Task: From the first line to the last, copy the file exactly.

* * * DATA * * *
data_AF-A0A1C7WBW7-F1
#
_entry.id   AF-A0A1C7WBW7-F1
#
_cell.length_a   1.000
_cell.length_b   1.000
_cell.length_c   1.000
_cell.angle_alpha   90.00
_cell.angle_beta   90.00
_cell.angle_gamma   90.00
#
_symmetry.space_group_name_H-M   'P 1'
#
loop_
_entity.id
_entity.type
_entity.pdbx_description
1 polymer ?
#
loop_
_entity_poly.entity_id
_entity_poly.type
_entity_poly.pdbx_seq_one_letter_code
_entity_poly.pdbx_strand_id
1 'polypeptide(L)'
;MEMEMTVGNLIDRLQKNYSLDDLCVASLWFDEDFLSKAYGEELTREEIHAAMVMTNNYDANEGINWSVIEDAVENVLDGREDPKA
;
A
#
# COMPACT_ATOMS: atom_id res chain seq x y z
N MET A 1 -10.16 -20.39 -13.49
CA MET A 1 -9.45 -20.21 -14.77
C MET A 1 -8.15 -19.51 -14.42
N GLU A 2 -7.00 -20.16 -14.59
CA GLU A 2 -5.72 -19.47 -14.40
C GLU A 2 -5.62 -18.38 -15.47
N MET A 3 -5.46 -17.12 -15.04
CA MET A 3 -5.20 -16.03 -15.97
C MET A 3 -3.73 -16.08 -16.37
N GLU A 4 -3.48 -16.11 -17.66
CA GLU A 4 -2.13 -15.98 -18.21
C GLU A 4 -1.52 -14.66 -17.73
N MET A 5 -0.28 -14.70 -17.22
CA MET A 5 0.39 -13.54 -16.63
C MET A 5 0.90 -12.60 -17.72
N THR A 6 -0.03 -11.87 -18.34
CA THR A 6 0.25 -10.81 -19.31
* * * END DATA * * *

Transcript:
data_AF-A0A1C7WBW7-F1
#
_entry.id   AF-A0A1C7WBW7-F1
#
_cell.length_a   1.000
_cell.length_b   1.000
_cell.length_c   1.000
_cell.angle_alpha   90.00
_cell.angle_beta   90.00
_cell.angle_gamma   90.00
#
_symmetry.space_group_name_H-M   'P 1'
#
loop_
_entity.id
_entity.type
_entity.pdbx_description
1 polymer ?
#
loop_
_entity_poly.entity_id
_entity_poly.type
_entity_poly.pdbx_seq_one_letter_code
_entity_poly.pdbx_strand_id
1 'polypeptide(L)'
;MEMEMTVGNLIDRLQKNYSLDDLCVASLWFDEDFLSKAYGEELTREEIHAAMVMTNNYDANEGINWSVIEDAVENVLDGREDPKA
;
A
#
# COMPACT_ATOMS: atom_id res chain seq x y z
N MET A 1 -10.16 -20.39 -13.49
CA MET A 1 -9.45 -20.21 -14.77
C MET A 1 -8.15 -19.51 -14.42
N GLU A 2 -7.00 -20.16 -14.59
CA GLU A 2 -5.72 -19.47 -14.40
C GLU A 2 -5.62 -18.38 -15.47
N MET A 3 -5.46 -17.12 -15.04
CA MET A 3 -5.20 -16.03 -15.97
C MET A 3 -3.73 -16.08 -16.37
N GLU A 4 -3.48 -16.11 -17.66
CA GLU A 4 -2.13 -15.98 -18.21
C GLU A 4 -1.52 -14.66 -17.73
N MET A 5 -0.28 -14.70 -17.22
CA MET A 5 0.39 -13.54 -16.63
C MET A 5 0.90 -12.60 -17.72
N THR A 6 -0.03 -11.87 -18.34
CA THR A 6 0.25 -10.81 -19.31